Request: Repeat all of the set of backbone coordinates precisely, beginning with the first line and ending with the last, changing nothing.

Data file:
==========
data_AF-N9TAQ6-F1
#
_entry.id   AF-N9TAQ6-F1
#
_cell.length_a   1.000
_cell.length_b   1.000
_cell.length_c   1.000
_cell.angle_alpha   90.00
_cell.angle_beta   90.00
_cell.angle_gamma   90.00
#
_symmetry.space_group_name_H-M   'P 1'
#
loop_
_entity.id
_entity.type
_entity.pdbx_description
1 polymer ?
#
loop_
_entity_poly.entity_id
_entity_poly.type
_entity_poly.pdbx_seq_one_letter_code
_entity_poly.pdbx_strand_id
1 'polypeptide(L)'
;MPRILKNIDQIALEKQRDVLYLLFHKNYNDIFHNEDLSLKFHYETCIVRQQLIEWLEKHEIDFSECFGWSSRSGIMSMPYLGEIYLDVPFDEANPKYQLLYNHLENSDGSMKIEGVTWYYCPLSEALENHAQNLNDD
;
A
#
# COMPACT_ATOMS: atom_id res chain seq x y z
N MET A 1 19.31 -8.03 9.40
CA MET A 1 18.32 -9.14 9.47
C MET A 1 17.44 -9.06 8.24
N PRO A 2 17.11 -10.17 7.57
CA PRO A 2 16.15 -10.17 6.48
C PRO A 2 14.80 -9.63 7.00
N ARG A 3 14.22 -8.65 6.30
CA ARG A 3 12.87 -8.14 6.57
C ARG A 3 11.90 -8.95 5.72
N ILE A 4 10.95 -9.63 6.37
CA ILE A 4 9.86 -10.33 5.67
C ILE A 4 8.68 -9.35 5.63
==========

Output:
data_AF-N9TAQ6-F1
#
_entry.id   AF-N9TAQ6-F1
#
_cell.length_a   1.000
_cell.length_b   1.000
_cell.length_c   1.000
_cell.angle_alpha   90.00
_cell.angle_beta   90.00
_cell.angle_gamma   90.00
#
_symmetry.space_group_name_H-M   'P 1'
#
loop_
_entity.id
_entity.type
_entity.pdbx_description
1 polymer ?
#
loop_
_entity_poly.entity_id
_entity_poly.type
_entity_poly.pdbx_seq_one_letter_code
_entity_poly.pdbx_strand_id
1 'polypeptide(L)'
;MPRILKNIDQIALEKQRDVLYLLFHKNYNDIFHNEDLSLKFHYETCIVRQQLIEWLEKHEIDFSECFGWSSRSGIMSMPYLGEIYLDVPFDEANPKYQLLYNHLENSDGSMKIEGVTWYYCPLSEALENHAQNLNDD
;
A
#
# COMPACT_ATOMS: atom_id res chain seq x y z
N MET A 1 19.31 -8.03 9.40
CA MET A 1 18.32 -9.14 9.47
C MET A 1 17.44 -9.06 8.24
N PRO A 2 17.11 -10.17 7.57
CA PRO A 2 16.15 -10.17 6.48
C PRO A 2 14.80 -9.63 7.00
N ARG A 3 14.22 -8.65 6.30
CA ARG A 3 12.87 -8.14 6.57
C ARG A 3 11.90 -8.95 5.72
N ILE A 4 10.95 -9.63 6.37
CA ILE A 4 9.86 -10.33 5.67
C ILE A 4 8.68 -9.35 5.63